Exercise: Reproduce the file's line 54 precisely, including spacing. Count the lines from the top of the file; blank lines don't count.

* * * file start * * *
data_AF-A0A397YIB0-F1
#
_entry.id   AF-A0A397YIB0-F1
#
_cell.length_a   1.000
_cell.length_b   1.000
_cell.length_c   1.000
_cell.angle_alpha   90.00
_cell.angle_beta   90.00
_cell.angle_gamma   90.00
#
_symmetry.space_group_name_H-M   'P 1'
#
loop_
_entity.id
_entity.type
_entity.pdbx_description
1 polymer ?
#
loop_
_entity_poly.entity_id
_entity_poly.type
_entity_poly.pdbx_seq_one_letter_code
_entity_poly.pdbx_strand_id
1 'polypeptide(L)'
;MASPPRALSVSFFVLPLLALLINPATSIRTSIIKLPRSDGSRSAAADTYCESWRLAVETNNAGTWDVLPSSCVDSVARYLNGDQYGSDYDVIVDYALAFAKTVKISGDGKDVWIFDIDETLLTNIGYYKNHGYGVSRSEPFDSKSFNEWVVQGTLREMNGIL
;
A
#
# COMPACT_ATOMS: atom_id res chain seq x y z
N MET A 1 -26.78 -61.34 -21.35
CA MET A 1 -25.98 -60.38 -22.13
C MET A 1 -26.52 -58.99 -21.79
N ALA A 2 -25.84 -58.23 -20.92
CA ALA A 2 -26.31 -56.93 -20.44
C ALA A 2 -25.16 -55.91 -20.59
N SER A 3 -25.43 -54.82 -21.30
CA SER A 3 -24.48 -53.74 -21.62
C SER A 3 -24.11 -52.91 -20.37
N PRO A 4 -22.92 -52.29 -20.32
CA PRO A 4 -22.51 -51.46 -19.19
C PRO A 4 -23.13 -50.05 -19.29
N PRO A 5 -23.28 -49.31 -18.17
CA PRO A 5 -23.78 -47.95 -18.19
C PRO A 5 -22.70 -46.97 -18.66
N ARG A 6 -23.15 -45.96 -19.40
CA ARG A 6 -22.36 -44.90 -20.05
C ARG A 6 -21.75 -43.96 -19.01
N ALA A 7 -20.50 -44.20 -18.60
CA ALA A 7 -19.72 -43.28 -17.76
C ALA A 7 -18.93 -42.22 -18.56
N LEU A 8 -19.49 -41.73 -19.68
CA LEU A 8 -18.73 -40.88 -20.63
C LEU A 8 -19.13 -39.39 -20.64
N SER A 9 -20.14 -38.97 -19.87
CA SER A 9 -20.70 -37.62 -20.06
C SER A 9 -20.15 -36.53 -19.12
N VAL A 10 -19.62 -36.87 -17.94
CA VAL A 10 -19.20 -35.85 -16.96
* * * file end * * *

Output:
C LEU A 8 -19.13 -39.39 -20.64